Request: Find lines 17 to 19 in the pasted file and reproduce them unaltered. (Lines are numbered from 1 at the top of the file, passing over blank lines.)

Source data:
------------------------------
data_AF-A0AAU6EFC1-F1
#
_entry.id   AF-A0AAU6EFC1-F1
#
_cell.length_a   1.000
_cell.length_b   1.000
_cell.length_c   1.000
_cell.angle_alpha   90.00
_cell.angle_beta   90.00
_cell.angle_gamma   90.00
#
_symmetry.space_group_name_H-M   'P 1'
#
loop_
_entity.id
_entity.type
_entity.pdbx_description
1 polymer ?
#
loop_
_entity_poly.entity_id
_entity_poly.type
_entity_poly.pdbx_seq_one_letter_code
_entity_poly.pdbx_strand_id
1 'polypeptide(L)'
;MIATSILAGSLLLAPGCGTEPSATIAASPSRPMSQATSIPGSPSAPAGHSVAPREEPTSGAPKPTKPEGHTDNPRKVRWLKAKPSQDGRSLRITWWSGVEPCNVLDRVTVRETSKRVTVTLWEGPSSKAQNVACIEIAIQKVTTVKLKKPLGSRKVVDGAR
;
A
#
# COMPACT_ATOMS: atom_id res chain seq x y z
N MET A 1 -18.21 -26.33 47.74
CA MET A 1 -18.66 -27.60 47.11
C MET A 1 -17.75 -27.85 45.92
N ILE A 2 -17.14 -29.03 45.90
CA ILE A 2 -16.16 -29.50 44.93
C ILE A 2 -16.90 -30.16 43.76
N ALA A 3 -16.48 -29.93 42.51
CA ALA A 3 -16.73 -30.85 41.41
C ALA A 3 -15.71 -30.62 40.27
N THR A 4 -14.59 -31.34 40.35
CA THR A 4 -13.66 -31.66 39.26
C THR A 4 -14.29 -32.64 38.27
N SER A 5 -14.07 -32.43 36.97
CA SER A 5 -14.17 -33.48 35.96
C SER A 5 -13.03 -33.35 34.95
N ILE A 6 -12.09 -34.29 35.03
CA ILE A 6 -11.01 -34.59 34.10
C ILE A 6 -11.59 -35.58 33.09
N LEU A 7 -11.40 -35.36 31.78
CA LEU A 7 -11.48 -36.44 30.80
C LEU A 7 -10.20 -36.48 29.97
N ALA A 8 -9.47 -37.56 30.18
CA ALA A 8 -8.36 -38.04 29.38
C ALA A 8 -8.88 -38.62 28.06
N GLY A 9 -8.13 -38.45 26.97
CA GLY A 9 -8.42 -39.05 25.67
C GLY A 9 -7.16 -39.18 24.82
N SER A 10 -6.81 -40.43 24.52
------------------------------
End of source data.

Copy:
_entity.pdbx_description
1 polymer ?
#